When Korea Takes Over: NFL Takes Hyundai and Ditches GM

NFL: say it isn’t so. You did not just go this route, opting for official sponsorship from, well, Hyundai? Over General Motors? In all fairness, bear with us on this, because there’s a whole lot more to this story.

Why the NFL Went With the Well-Known Korean Automaker as the Official Auto Sponsor

Imports in the auto industry definitely have their place, and the NFL recognizes that, no NFL-Hyundaidoubt. As with any trends in the auto industry, legal or marketing or technology, the NFL was poised and ready to go after one of the more successful brands as it stands, and that’s Hyundai. Fair enough. This allows Hyundai to utilize the NFL logo and brand in ad spots for four years, gaining more of a market share in the business in relation to the nation’s arguably most popular sport.

But that’s not really the initial reason why the NFL switched gears here. While you’d think GM, the longstanding Detroit automaker having been a regular staple in NFL football since 2001, would want to continue with their deal, the automaker has, in fact, not. GM has actually decided against renewing its sponsorship with the NFL and has decided to focus their “sponsorship resources in other areas in the future.” So you can honestly see that it’s not the NFL.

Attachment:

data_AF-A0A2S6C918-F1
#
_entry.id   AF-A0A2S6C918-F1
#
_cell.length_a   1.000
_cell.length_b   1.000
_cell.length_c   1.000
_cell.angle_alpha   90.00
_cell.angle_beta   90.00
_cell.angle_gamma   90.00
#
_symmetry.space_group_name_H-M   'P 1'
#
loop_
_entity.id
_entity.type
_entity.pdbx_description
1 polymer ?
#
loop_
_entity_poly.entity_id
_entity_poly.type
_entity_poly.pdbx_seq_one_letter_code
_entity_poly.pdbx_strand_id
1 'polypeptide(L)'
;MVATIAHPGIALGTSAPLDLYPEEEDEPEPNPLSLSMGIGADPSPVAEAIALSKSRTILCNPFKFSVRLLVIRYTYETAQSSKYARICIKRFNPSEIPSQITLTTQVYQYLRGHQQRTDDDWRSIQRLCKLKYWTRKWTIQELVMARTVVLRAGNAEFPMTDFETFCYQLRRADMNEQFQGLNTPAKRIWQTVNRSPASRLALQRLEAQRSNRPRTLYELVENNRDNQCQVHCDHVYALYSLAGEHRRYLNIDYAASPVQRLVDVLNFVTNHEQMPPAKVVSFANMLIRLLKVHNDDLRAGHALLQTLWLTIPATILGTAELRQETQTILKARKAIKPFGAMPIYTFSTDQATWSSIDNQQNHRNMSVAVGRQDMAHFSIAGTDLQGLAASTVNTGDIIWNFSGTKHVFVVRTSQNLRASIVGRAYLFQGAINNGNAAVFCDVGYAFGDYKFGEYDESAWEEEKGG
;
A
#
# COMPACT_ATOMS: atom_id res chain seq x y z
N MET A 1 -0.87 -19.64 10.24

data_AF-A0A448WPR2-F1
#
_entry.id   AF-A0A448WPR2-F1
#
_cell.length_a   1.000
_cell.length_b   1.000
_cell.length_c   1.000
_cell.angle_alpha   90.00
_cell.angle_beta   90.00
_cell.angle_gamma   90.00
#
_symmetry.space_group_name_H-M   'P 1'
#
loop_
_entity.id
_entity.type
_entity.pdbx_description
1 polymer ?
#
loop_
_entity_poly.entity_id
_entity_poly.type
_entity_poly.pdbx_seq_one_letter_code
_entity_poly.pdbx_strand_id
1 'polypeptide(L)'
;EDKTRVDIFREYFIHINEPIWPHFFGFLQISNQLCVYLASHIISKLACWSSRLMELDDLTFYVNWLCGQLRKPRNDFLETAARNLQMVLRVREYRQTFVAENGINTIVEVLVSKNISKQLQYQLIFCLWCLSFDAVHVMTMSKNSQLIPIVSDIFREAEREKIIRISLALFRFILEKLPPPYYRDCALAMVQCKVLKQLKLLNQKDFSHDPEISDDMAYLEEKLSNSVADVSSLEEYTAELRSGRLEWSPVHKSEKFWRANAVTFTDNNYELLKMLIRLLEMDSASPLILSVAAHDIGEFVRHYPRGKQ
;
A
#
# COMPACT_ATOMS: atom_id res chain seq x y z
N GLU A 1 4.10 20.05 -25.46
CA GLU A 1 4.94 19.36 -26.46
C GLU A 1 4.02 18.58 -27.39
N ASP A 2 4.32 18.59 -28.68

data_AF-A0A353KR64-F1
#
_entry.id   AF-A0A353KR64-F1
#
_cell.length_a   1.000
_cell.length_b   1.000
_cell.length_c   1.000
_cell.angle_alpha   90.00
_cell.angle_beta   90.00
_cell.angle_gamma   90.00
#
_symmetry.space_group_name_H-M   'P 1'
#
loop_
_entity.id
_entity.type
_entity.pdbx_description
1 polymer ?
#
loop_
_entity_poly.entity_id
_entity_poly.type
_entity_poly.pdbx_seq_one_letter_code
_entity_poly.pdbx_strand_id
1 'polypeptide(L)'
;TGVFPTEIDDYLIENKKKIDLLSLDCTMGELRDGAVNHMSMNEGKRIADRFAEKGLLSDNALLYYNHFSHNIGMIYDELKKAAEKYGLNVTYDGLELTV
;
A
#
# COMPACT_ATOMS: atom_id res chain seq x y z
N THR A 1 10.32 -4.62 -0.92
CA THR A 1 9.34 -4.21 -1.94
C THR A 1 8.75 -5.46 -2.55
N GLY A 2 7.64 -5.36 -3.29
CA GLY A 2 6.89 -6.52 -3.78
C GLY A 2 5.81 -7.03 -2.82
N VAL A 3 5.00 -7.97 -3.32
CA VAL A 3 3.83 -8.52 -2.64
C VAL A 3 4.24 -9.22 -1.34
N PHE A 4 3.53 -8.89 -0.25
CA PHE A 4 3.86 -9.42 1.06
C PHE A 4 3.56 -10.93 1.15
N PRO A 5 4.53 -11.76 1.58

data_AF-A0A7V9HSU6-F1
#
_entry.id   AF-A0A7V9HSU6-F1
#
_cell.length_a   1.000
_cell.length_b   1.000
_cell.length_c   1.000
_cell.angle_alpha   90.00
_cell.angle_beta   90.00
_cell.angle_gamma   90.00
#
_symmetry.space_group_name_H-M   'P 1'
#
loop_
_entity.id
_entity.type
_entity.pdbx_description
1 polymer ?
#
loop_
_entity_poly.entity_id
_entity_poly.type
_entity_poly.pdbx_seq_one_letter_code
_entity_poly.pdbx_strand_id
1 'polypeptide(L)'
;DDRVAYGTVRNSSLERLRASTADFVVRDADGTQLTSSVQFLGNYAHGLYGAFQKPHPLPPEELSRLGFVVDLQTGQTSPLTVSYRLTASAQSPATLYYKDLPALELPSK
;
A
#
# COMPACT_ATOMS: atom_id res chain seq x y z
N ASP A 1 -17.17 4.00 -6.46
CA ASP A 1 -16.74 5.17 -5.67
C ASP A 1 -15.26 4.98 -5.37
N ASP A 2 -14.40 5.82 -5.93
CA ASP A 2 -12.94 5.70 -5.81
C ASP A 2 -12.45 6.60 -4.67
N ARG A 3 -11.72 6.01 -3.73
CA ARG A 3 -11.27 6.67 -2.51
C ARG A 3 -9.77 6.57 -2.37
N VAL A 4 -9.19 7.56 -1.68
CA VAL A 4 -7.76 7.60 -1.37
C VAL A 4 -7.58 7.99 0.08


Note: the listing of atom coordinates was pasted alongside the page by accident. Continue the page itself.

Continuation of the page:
This doesn’t mean we won’t see clever, cool GM commercials during breaks between Super Bowls, though! GM loves the relationship with the NFL and the fans. This is more about business and strategic partnerships, maximizing auto selections and establishing more of a footprint in their market. Each to its own, I suppose.

We Should Expect Hyundai to Start Soaring Even More Than They Already Have

Marketing is marketing. Don’t let it fool you, though, as when you’ve got a good vehicle on your hands along with the auto insurance and roadside assistance to boot, it doesn’t matter if the brand’s in league with the NFL, NHL or any other sports league out there. But it certainly does help the revenue some for the automotive manufacturer in question now, doesn’t it?